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Saturday, February 15, 2014

Cash-rich plantation firms on the prowl


THE big plantation companies in the country are flushed with cash.
Sitting on massive cash reserves of over RM20bil as at the end of last year, the top 40-odd local planters have, over the decades, reaped the benefits of high margins from their sizeable plantations, along with a lucrative refining business. And they are looking to spend all that money on growing their plantations.
While shareholders may applaud the capacity of these plantation companies to sustain their profit margins and pay out generous dividends, industry expert MR Chandran says the cash reserves sitting idly in the coffers of these companies need to be reinvested strategically for future growth.
He expects many cash-rich plantation companies to continue expanding by way of mergers and acquisitions (M&As) in Malaysia and overseas this year, besides replanting to address the high number of aged palm trees and diversifying into more oil palm downstream activities, including biodiesel production.
When contacted by StarBizWeek, top plantation player Kuala Lumpur Kepong Bhd (KLK) and IJM Plantations Bhd (IJMP) agree that land bank acquisition still tops the agenda of oil palm planters this year.
 KLK executive director and group plantations director Roy Lim says KLK is always on the lookout for possible land bank expansion whether “it is in Malaysia or overseas”.
KLK is among Malaysia’s five largest plantation companies, with a land bank of close to 250,000ha in Peninsular Malaysia, Sabah and Indonesia.
The company’s latest development is its maiden venture into West Africa via stake acquisitions in two oil palm companies in Liberia.
IJMP managing director and chief executive officer Joseph Tek Choon Yee, meanwhile, says the mid-sized Sabah-based planter is on target to double its land bank.
“The company will continue to be on the lookout for more land which offer opportunities to synergise with its present operations,” he adds.
Currently, IJMP has over 80,000ha, mostly located in the Sandakan and Sugut region, as well as East Kalimantan in Indonesia.

Takeover targets
When the price of crude palm oil (CPO) fell below RM2,200 per tonne last year, many small Sabah-based plantation companies became takeover targets of the big boys of the industry.
The most prominent acquisitions in the second half of 2013 include the RM2.2bil acquisition of Pontian United Plantations Bhd by cash-rich Felda Global Ventures Holdings Bhd (FGV). This was followed by Boustead Holdings Bhd’s RM184.6mil acquisition of Uniglobal Sdn Bhd in September and IOI Corp Bhd buying over Unico Desa Plantations Bhd for RM1.2bil in October.
The acquisition price for Sabah plantation land ranged between RM73,416 per ha and RM76,603 per ha.
However, Chandran says that last year’s land bank price valuations in Sabah will no longer be valid this year, especially with “the price of CPO currently soaring above the RM2,600-per-tonne level as opposed to last year’s average price of RM2,347 per tonne”.
So far this year, several plantations in Sabah with land sizes ranging between 10,000ha and 15,000ha, and palm oil mills requiring infrastructure and anciliary facility, have already been transacted at much higher prices, in the range of between RM75,000 per ha and RM83,000 per ha.
In Peninsular Malaysia, the value for similar-sized oil palm estates is around 20% to 40% higher, depending on the location.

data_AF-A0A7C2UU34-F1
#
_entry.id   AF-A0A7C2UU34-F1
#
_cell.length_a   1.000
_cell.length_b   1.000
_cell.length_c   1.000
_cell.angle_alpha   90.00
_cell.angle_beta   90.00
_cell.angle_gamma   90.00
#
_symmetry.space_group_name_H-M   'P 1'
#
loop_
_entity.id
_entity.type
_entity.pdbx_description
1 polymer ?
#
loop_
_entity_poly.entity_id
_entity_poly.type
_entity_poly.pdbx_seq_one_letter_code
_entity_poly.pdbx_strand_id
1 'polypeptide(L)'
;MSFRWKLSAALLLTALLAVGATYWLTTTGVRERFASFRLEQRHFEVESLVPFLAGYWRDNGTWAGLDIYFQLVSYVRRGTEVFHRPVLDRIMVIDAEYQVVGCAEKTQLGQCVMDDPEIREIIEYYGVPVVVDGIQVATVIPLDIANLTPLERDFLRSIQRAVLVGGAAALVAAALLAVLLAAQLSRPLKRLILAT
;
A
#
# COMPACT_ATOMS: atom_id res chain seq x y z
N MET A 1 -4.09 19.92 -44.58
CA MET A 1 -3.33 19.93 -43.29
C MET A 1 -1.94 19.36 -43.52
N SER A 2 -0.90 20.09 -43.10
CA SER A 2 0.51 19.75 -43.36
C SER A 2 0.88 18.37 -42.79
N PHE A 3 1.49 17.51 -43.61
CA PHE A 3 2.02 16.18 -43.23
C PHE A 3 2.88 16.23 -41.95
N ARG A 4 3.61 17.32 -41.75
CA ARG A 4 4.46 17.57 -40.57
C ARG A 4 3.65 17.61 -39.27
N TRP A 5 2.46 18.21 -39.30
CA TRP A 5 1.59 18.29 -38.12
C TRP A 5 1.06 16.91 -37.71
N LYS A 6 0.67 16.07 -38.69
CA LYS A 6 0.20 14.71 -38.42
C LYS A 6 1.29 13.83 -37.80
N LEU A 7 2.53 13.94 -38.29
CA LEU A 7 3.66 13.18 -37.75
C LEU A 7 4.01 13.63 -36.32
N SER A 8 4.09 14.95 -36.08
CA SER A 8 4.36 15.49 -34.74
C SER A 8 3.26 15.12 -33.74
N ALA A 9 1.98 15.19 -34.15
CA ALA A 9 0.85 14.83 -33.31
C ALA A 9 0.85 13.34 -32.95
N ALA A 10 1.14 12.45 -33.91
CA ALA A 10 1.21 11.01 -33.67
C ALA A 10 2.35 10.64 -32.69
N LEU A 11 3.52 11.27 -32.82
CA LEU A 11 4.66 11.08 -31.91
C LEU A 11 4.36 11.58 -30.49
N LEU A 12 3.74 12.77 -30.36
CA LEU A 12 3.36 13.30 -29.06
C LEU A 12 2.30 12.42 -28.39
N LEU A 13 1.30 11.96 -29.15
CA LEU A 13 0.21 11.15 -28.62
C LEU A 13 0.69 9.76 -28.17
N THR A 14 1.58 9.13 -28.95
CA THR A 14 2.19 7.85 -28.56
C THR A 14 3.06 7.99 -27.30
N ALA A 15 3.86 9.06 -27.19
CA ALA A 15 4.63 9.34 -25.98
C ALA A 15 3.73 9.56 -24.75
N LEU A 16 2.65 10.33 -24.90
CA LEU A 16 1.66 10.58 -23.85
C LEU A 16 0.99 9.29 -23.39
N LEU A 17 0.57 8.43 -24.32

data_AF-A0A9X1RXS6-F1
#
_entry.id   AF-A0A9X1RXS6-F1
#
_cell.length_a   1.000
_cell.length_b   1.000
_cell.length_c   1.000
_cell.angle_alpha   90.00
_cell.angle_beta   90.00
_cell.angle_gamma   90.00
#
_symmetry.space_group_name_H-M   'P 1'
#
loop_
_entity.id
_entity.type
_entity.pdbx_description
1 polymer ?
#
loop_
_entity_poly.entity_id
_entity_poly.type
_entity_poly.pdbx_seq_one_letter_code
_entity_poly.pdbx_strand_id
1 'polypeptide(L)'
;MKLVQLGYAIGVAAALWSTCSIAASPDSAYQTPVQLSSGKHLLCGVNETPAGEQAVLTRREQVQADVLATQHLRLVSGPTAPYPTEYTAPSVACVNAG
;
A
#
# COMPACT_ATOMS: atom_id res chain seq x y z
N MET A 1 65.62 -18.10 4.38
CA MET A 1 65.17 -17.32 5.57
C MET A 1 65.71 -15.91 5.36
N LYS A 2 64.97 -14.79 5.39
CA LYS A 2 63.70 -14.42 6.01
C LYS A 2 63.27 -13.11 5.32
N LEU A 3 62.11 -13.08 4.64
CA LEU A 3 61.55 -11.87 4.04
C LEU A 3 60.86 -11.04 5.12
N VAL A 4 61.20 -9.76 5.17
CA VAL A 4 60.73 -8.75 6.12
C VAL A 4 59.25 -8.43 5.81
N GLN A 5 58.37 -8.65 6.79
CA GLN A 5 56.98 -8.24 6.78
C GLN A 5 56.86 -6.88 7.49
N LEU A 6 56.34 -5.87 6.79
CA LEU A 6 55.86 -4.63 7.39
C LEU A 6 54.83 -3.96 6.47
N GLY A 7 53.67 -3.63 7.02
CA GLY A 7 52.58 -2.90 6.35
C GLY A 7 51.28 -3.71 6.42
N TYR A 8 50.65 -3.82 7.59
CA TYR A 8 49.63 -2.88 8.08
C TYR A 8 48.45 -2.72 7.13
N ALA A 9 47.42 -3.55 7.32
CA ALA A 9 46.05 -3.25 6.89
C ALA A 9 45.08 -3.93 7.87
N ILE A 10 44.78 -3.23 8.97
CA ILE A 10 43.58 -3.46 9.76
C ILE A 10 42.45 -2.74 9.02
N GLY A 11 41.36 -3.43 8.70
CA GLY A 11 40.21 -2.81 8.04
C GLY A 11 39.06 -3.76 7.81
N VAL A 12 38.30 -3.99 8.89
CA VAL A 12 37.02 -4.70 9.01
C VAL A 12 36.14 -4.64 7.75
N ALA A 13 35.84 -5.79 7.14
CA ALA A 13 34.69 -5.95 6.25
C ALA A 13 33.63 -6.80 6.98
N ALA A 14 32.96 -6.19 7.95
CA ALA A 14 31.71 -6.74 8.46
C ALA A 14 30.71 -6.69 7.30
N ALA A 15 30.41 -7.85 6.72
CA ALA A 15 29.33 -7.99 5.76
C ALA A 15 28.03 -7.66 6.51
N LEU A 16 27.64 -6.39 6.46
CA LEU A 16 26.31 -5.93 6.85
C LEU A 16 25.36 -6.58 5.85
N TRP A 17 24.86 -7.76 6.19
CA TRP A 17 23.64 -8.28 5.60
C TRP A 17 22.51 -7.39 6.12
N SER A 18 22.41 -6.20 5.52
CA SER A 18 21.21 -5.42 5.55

As for plantation land in Indonesia, Chandran says the total cost for established plantations with mills can vary between US$14,000 and US$15,000 per ha. Costs have also risen for agricultural leasehold land from US$1,400 to US$1,800 per ha in some provinces.
Land costs, especially in Kalimantan, have appreciated considerably over the past five years.
Credit Suisse in its latest Asia Strategy Report supports the idea that M&As in the plantation sector are set to accelerate in 2014.
It says large Malaysian plantation companies such as Sime Darby Bhd, KLK, IOI and FGV could be potential acquirers of small-cap plantation stocks or private plantation companies.
While there have been some M&As involving plantation companies looking to exit, transactions involving listed plantation companies have been few and far between, as most want to remain in control.
“Acquisitions of non-listed plantation companies will be more prevalent. Upstream plantation companies are also taking the opportunity to acquire downstream businesses to be integrated,” adds the research unit.
On the other hand, Kenanga Research regional analyst Alan Lim Seong Chunexpects M&As in the plantation sector, especially in terms of acquiring smaller oil palm plantation companies, to cease this year.
“I believe the M&A play is already over and done with. When the CPO price fell to RM2,200 per tonne, many non-efficient planters with high debts started to sell their estates last year.
“The situation has changed since then, as the price of CPO is currently trading above RM2,600 per tonne.
“What more with the CPO price expected to hit RM3,000 per tonne within the next three months. No plantation company in its right mind would want to sell its estates by then,” adds Lim.
 On replanting mode
In Malaysia, there is a serious need to undertake replanting, given the high percentage of aged palm trees.
For KLK, Lim says: “Our replanting expenditure for financial year 2013 (FY13) was in the range of RM70mil. We do not foresee any material change in the amount for FY14.”
Tek of IJMP points out that the company has adopted a pragmatic replanting programme. It replants 4% of its plantations a year.
Generally, many big plantation companies in Malaysia strictly adhere to the replanting policy of between 3% and 5% per year of their total hectarage to ensure a good balance between young and mature palm trees.

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